The legislation broadly covers any business or organization that:5

  • Conducts business in Texas or generates products or services that are “consumed” by Texas residents.
  • Processes or engages in the sale of data.
  • Does not identify as a small business based on U.S. Small Business Administration (SBA) standards.

While this language is similar to bills in other states, there are some notable differences. One is the use of the word “consumed.” Given the nature of the global economy, It’s possible for a Texas resident to “consume” a product or service from a business nearly anywhere in the world. While this is Texas legislation, it theoretically could cover any business.

The other unique aspect is the reference to small business. Businesses that meet the SBA standards are exempt from the legislation. As of 2023, the SBA defined a small business as an independent manufacturing business with fewer than 500 employees or a non-manufacturing business with average annual sales receipts under $7.5 million.6 If a business does not meet those exemption standards, it must comply with the TDPSA.

There are a few other exemptions to the legislation, including:5

  • Financial institutions subject to Title V of the Gramm-Leach-Bliley Act
  • Businesses or organizations subject to privacy rules under HIPAA
  • Nonprofit organizations, higher education institutions, and electric utility companies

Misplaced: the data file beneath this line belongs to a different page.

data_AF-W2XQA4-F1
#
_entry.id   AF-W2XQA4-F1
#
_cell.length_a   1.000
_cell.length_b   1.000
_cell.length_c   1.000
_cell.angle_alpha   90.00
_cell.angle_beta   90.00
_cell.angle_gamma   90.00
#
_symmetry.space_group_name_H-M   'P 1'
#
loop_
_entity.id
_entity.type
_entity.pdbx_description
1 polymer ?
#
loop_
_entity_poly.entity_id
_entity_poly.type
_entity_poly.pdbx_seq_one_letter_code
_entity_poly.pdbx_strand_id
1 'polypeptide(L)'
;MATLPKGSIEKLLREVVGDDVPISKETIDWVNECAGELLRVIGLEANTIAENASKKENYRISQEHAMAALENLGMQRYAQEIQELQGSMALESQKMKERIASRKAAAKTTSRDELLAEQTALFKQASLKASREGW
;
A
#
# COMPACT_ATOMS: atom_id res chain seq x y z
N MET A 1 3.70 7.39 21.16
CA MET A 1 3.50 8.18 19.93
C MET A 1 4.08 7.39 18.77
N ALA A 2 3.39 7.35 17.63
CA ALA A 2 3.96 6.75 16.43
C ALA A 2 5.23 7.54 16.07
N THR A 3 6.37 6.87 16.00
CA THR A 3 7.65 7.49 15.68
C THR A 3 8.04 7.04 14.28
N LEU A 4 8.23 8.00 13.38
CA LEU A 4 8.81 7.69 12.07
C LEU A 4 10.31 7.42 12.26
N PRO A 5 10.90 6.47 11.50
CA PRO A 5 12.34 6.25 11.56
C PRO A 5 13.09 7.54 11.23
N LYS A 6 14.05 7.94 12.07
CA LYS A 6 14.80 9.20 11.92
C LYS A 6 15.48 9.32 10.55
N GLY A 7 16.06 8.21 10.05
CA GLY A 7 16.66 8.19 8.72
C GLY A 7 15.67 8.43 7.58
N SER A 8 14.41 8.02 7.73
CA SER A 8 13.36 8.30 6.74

Penalties for violating TDPSA have the potential to be staggering because the penalty for each violation of TDPSA is $7,500.5 As data privacy violations often occur in mass, a business with hundreds or thousands of violations could face significant penalties.5 However, businesses do have an opportunity to resolve violations before fines are imposed. The Texas Attorney General will notify companies about potential violations after they are identified. Businesses then have 30 days to “cure” the violation. If they can demonstrate in writing that the violations have been resolved, the company may be able to avoid penalties.5

After California, Texas is the second- largest state to enact comprehensive privacy laws9

In Texas, the Attorney General’s office must initiate all TDPSA violations. Individuals and plaintiff attorneys cannot bring private lawsuits.5


While TDPSA offers protections for Texas consumers, it adds a layer of requirements and risk for businesses operating in Texas. As with many risks, the first layer of protection is strict, well-defined internal processes and controls that minimize risk. Even if a third-party consent management platform helps businesses manage user consent and opt-outs, a designated controller should manage the processing and use of personal data. Websites and other technical applications should comply with global opt-out technology.

Cyber insurance provides another critical layer of added protection. Many data privacy violations are discovered during a cyber breach. The business then has to manage the fallout of the data breach along with regulatory fines and penalties related to improper data collection and usage.